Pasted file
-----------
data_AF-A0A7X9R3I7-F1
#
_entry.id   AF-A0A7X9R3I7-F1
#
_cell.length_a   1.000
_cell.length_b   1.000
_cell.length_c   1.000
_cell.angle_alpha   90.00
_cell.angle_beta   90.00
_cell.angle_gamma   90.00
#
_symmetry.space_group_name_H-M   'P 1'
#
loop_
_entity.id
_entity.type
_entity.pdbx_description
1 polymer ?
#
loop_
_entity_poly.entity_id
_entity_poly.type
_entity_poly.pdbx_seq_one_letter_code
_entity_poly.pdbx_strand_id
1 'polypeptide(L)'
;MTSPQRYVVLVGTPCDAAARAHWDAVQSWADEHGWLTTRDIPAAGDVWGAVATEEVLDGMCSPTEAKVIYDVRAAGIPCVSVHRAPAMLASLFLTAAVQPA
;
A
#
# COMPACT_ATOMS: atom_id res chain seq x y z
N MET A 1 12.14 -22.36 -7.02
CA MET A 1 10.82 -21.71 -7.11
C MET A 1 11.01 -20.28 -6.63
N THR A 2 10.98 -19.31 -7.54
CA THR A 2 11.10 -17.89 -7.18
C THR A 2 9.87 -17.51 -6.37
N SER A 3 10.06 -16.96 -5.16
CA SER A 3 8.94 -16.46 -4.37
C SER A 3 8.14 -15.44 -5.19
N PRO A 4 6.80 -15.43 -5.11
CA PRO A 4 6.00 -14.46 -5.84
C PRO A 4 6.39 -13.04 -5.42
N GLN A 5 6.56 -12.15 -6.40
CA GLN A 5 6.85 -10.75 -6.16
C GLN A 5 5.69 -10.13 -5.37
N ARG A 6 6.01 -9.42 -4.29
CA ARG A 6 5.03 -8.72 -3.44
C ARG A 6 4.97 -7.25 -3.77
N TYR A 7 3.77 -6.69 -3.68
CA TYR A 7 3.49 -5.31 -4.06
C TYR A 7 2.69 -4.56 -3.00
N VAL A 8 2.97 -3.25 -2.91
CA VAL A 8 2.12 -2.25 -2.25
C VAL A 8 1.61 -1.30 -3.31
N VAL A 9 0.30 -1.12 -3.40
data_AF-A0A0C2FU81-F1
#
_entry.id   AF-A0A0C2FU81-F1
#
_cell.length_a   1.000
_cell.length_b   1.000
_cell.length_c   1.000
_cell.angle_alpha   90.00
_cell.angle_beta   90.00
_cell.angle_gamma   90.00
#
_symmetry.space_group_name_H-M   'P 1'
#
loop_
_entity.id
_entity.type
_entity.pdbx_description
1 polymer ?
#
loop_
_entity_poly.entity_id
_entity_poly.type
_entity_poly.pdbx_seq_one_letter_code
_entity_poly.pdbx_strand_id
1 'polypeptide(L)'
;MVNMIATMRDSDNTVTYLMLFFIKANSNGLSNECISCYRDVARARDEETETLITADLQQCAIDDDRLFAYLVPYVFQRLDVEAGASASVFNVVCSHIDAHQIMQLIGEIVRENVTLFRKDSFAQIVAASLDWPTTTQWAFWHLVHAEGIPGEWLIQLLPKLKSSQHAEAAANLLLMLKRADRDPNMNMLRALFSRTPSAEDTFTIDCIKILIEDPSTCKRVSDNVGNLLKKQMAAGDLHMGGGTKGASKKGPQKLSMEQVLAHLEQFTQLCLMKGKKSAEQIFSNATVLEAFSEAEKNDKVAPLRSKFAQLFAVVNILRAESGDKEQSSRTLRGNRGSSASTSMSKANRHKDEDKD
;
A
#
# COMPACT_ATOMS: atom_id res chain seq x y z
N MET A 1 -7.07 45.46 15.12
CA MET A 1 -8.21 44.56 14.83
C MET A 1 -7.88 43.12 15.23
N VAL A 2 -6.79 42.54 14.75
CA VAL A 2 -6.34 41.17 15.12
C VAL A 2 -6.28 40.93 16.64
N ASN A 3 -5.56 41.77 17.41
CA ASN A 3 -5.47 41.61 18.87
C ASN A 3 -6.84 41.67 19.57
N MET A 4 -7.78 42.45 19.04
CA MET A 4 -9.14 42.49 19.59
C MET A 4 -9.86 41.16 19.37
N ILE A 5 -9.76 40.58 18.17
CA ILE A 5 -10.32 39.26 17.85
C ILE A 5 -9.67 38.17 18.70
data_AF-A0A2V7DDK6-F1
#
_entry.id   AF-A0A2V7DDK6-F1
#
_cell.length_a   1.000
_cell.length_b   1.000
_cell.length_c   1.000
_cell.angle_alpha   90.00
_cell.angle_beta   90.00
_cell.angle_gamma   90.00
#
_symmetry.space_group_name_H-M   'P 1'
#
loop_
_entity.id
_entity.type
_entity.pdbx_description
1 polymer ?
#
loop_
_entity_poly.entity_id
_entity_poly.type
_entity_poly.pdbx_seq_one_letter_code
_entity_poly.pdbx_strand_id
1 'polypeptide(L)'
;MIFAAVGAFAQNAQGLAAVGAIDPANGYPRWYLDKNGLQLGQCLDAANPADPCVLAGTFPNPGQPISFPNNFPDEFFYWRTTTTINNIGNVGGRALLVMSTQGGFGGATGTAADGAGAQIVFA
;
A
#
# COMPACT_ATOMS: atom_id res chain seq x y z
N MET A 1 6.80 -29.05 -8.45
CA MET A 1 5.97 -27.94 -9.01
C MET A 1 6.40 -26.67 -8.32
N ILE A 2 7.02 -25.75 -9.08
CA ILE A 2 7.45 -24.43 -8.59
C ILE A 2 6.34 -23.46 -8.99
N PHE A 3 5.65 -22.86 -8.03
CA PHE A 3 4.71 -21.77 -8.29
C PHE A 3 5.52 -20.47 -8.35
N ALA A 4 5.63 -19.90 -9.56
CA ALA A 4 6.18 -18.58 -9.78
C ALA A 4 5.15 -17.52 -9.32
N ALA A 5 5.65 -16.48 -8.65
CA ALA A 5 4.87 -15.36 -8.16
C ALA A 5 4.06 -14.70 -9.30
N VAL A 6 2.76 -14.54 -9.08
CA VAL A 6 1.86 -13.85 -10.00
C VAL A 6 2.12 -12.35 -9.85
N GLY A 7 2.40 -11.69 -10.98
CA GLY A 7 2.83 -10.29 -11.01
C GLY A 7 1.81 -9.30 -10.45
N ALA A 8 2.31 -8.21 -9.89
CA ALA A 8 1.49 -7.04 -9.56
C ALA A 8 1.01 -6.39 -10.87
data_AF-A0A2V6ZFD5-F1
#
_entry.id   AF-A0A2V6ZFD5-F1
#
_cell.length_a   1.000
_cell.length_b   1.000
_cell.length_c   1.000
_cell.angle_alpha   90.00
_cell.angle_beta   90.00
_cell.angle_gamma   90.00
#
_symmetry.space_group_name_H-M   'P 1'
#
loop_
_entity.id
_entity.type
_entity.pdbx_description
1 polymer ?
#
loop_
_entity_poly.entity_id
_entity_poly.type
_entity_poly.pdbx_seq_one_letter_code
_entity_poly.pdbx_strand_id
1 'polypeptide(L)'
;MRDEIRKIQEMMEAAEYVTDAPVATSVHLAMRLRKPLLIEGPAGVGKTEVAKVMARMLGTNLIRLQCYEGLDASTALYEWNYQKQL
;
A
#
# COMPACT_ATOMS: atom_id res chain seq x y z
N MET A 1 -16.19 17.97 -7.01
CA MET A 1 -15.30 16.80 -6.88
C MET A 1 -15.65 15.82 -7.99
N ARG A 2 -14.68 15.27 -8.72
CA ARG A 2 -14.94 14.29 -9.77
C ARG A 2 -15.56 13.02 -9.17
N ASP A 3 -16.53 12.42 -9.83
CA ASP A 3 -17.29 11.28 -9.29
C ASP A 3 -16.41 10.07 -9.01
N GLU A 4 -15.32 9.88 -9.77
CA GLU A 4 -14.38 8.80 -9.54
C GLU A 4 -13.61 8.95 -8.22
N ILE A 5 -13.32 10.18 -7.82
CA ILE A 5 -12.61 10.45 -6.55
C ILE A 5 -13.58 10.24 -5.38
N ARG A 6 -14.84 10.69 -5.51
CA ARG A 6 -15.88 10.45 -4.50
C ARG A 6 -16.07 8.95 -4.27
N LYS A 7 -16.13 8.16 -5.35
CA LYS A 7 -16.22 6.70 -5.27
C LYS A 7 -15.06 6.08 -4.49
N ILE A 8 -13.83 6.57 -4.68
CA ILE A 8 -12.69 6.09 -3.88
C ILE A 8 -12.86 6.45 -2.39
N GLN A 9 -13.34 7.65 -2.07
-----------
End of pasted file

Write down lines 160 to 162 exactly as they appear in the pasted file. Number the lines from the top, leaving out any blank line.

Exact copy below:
_cell.length_b   1.000
_cell.length_c   1.000
_cell.angle_alpha   90.00